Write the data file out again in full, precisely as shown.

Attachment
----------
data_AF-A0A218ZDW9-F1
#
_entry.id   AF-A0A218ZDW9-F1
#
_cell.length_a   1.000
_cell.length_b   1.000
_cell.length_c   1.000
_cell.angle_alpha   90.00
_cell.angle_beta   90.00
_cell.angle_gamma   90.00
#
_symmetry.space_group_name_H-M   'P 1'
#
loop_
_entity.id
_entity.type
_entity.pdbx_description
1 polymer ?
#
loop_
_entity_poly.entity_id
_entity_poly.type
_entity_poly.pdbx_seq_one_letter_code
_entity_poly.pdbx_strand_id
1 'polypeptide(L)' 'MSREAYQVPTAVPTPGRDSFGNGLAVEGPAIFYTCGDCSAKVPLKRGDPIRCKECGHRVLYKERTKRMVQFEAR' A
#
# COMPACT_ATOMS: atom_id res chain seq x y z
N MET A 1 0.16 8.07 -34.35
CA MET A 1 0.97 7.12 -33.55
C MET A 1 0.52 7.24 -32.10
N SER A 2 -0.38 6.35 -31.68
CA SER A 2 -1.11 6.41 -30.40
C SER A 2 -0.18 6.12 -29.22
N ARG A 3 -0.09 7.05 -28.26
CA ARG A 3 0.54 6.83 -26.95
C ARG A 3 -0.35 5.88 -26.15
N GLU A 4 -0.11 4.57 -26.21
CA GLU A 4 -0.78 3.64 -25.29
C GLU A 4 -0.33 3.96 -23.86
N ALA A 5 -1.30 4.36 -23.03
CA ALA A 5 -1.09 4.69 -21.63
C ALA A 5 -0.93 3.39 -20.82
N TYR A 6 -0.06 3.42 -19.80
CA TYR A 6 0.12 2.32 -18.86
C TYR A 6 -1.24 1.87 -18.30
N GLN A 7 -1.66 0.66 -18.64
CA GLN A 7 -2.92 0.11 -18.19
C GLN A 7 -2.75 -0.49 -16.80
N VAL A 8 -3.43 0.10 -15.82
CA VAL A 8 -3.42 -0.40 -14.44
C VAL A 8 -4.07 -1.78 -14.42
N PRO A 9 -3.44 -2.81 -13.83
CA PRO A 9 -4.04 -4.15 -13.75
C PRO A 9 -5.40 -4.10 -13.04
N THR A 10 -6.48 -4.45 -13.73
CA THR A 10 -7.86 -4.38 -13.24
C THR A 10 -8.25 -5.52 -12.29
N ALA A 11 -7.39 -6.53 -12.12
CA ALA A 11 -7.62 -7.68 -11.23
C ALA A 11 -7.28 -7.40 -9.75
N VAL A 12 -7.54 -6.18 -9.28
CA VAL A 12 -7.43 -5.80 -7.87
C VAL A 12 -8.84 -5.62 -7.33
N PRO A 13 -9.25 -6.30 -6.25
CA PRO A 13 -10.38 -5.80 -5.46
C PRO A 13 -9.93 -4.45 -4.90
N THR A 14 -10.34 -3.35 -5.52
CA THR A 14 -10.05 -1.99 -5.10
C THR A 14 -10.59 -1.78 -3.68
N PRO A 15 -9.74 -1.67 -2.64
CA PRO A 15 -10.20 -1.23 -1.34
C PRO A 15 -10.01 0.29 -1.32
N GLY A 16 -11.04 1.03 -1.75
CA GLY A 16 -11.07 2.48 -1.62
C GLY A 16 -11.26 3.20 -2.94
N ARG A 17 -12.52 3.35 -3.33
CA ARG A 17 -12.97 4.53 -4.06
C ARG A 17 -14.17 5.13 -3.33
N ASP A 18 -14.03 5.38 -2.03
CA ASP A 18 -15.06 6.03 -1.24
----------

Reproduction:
data_AF-A0A218ZDW9-F1
#
_entry.id   AF-A0A218ZDW9-F1
#
_cell.length_a   1.000
_cell.length_b   1.000
_cell.length_c   1.000
_cell.angle_alpha   90.00
_cell.angle_beta   90.00
_cell.angle_gamma   90.00
#
_symmetry.space_group_name_H-M   'P 1'
#
loop_
_entity.id
_entity.type
_entity.pdbx_description
1 polymer ?
#
loop_
_entity_poly.entity_id
_entity_poly.type
_entity_poly.pdbx_seq_one_letter_code
_entity_poly.pdbx_strand_id
1 'polypeptide(L)' 'MSREAYQVPTAVPTPGRDSFGNGLAVEGPAIFYTCGDCSAKVPLKRGDPIRCKECGHRVLYKERTKRMVQFEAR' A
#
# COMPACT_ATOMS: atom_id res chain seq x y z
N MET A 1 0.16 8.07 -34.35
CA MET A 1 0.97 7.12 -33.55
C MET A 1 0.52 7.24 -32.10
N SER A 2 -0.38 6.35 -31.68
CA SER A 2 -1.11 6.41 -30.40
C SER A 2 -0.18 6.12 -29.22
N ARG A 3 -0.09 7.05 -28.26
CA ARG A 3 0.54 6.83 -26.95
C ARG A 3 -0.35 5.88 -26.15
N GLU A 4 -0.11 4.57 -26.21
CA GLU A 4 -0.78 3.64 -25.29
C GLU A 4 -0.33 3.96 -23.86
N ALA A 5 -1.30 4.36 -23.03
CA ALA A 5 -1.09 4.69 -21.63
C ALA A 5 -0.93 3.39 -20.82
N TYR A 6 -0.06 3.42 -19.80
CA TYR A 6 0.12 2.32 -18.86
C TYR A 6 -1.24 1.87 -18.30
N GLN A 7 -1.66 0.66 -18.64
CA GLN A 7 -2.92 0.11 -18.19
C GLN A 7 -2.75 -0.49 -16.80
N VAL A 8 -3.43 0.10 -15.82
CA VAL A 8 -3.42 -0.40 -14.44
C VAL A 8 -4.07 -1.78 -14.42
N PRO A 9 -3.44 -2.81 -13.83
CA PRO A 9 -4.04 -4.15 -13.75
C PRO A 9 -5.40 -4.10 -13.04
N THR A 10 -6.48 -4.45 -13.73
CA THR A 10 -7.86 -4.38 -13.24
C THR A 10 -8.25 -5.52 -12.29
N ALA A 11 -7.39 -6.53 -12.12
CA ALA A 11 -7.62 -7.68 -11.23
C ALA A 11 -7.28 -7.40 -9.75
N VAL A 12 -7.54 -6.18 -9.28
CA VAL A 12 -7.43 -5.80 -7.87
C VAL A 12 -8.84 -5.62 -7.33
N PRO A 13 -9.25 -6.30 -6.25
CA PRO A 13 -10.38 -5.80 -5.46
C PRO A 13 -9.93 -4.45 -4.90
N THR A 14 -10.34 -3.35 -5.52
CA THR A 14 -10.05 -1.99 -5.10
C THR A 14 -10.59 -1.78 -3.68
N PRO A 15 -9.74 -1.67 -2.64
CA PRO A 15 -10.20 -1.23 -1.34
C PRO A 15 -10.01 0.29 -1.32
N GLY A 16 -11.04 1.03 -1.75
CA GLY A 16 -11.07 2.48 -1.62
C GLY A 16 -11.26 3.20 -2.94
N ARG A 17 -12.52 3.35 -3.33
CA ARG A 17 -12.97 4.53 -4.06
C ARG A 17 -14.17 5.13 -3.33
N ASP A 18 -14.03 5.38 -2.03
CA ASP A 18 -15.06 6.03 -1.24